I tend to think of this word as one of the bits sliding about in the widget drawer from which developers pull pieces for names of neighbourhoods. It’s jumbled in with wood and cliff and cedar and side and bine and land and thorn and lea and crest and vale and ridge and maple and oak and glen and bank and fair and field and gate and ville and dale and hill and park and mead and view and bay and green and hurst and may and mount and summer and sunny and land… Every time you’re building a new neighbourhood, if you don’t want to go ahead and name it after whatever you bulldozed to build it, just reach into that drawer and grab two pieces. If you want to make it extra chi-chi, grab a third piece – or just tack heights on. Continue reading →
We all have our pet peeves. Some of us have many and some have few; some of us have bigger ones and some have smaller ones. Some people have pet peeves like leashed Rottweilers that precede them in all situations (the worst grammar grumblers can be like this), but for most of us, they are more like purse dogs, easy enough to carry around and produce as needed – almost cute, even, though they might make a mess on your wallet. For many of us, though, they’re not even pets so much as little flags we take out and wave at certain moments, kind of like sports fans. Continue reading →
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A few days ago, Julie Nathanson (@Julie_Nathanson) – who I knew back when I was at Tufts University and now follow on Twitter – tweeted, “What’s the word for finally speaking with one of your heroes for the first time and then transmogrifying into floaty, glowing vapor?” Continue reading →
I’ve dipped into the Dictionary of Archaic Words again, sorted through its starchy heaps of lexical refuse, all those old words the language has left behind like so much dried paste. Some of them are quite quaint and charming. Some of them have a kind of…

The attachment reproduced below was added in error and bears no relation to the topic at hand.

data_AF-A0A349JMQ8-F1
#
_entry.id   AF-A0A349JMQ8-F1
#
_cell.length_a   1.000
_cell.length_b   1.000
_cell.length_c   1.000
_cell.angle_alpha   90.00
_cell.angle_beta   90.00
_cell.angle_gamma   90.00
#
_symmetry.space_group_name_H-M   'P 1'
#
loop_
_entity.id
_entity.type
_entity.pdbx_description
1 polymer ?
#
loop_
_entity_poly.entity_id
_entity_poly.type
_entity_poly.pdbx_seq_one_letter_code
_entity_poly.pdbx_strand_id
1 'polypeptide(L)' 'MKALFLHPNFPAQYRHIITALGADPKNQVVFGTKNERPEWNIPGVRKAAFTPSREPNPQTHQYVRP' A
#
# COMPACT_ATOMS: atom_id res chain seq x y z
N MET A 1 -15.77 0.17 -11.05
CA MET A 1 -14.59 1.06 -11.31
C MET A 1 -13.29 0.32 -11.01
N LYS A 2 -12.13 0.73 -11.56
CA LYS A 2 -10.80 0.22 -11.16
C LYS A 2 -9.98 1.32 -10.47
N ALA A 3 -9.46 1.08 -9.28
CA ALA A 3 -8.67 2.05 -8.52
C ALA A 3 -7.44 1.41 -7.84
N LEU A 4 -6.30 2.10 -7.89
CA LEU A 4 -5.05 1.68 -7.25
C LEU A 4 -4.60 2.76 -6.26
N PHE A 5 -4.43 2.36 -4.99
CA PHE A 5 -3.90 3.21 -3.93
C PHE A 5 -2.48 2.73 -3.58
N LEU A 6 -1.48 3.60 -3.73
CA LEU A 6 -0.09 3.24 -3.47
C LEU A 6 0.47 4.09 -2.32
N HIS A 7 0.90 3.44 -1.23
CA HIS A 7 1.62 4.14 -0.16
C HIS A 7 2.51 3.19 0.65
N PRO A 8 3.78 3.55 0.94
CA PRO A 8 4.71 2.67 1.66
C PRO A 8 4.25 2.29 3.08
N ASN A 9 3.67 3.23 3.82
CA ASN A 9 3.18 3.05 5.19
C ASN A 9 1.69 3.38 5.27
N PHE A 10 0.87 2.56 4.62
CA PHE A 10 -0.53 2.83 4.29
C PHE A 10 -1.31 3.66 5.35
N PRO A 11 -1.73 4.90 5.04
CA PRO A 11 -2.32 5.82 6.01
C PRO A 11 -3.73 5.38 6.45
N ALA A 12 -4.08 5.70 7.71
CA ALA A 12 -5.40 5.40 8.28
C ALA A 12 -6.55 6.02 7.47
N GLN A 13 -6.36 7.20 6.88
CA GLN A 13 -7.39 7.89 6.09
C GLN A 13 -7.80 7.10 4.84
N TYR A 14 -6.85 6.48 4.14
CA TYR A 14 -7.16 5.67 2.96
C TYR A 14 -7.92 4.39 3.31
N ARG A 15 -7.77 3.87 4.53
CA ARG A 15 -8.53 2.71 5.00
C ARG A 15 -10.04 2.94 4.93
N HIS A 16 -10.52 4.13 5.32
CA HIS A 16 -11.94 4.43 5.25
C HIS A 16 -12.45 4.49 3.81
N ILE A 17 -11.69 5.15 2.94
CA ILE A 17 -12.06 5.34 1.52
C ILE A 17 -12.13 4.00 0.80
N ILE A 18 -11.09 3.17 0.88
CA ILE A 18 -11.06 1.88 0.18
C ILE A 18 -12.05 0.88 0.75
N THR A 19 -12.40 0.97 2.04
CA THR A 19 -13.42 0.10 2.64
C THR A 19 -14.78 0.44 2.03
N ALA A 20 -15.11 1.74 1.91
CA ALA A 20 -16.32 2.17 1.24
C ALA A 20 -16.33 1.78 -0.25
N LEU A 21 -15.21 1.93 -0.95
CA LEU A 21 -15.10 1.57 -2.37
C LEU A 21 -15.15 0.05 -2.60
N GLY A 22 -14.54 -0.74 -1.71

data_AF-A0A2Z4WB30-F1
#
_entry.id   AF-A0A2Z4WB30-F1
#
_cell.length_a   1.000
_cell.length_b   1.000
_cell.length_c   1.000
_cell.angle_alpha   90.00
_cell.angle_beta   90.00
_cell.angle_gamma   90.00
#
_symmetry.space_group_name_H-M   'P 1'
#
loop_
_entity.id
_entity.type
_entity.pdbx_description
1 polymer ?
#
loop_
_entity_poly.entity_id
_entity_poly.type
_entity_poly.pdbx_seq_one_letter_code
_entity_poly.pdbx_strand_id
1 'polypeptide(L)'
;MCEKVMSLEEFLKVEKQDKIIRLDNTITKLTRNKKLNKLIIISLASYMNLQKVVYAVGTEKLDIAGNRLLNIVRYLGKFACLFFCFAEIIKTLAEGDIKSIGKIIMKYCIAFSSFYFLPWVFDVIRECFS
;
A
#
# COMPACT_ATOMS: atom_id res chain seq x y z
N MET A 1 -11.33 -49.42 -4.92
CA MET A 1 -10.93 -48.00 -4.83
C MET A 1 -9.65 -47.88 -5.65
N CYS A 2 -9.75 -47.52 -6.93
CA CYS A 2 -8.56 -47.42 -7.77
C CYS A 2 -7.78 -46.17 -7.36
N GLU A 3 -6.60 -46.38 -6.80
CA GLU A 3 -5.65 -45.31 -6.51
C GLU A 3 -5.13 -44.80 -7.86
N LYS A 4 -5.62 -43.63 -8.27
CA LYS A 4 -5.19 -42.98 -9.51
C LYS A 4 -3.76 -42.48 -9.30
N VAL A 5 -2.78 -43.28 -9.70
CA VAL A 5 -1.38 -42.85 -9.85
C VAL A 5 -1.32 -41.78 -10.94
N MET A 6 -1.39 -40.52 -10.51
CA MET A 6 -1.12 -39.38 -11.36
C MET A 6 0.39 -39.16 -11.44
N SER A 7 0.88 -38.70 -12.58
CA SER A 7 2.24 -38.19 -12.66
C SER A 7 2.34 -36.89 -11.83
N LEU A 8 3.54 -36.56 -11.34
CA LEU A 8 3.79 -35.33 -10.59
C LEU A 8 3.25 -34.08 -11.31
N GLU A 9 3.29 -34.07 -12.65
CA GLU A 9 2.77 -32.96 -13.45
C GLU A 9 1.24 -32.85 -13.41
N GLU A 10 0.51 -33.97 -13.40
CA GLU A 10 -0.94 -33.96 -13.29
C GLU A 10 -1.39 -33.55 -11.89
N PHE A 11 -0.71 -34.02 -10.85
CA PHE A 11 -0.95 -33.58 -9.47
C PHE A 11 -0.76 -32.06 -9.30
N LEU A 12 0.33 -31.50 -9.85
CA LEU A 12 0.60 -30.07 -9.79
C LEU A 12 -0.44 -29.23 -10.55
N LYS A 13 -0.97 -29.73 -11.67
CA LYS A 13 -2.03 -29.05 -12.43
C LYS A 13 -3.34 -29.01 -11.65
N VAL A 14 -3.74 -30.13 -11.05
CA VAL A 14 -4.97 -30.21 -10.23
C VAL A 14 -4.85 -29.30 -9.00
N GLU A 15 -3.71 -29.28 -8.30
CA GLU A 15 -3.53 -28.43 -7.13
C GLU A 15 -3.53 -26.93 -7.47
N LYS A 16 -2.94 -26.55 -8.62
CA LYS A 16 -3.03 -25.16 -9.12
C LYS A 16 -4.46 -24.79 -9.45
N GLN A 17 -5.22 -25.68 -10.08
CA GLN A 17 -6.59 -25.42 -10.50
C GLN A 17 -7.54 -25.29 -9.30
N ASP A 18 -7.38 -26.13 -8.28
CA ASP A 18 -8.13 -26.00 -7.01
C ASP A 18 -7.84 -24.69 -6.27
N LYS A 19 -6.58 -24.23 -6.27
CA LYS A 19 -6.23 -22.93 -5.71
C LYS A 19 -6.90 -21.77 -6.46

Well, look at this one: fulculency. The definition given isn’t even a definition, it’s just a citation: “Dreggie refuse and fulculencie,” a quote that it cites to page 41 of Topsell’s Serpents, a reference I easily followed to Topsell’s History of Four-Footed Beasts and Serpents, a classic work from 1658 that is, for your enjoyment, available online. Continue reading →
If this sounds like something someone from Scotland might say when having to do a lot of boring busywork for some pernickety pest, well, yes. But it’s not an expletive. It’s a word for the tedious trivial tasks themselves, or, as a verb, for busying oneself about them. Here’s a citation:
Yet after a’, wi’ this fyke-fack an’ that fyke-fack, this thing an’ the tither thing, it cost me tippence or thretty pennies by the time I got without the port.
The other evening I saw a splendid production at Canadian Stage of one of the great plays of the French theatre: Tartuffe, by Molière. It was in an excellent modern English version and a staging that happily and effectively made the play as current to our eyes as it had been to the eyes of its original audience in 1664. Continue reading →
Patrick Neylan, Eeditor of business reports. Permanently angry about the abuse of English, maths and logic. Terms and conditions: by reading this blog you accept that all opinions expressed herein will henceforth be your opinions.
The Economist "Johnson" language blog
In this blog, named for the dictionary-maker Samuel Johnson, correspondents write about the effects that the use (and sometimes abuse) of language have on politics, society and culture around the world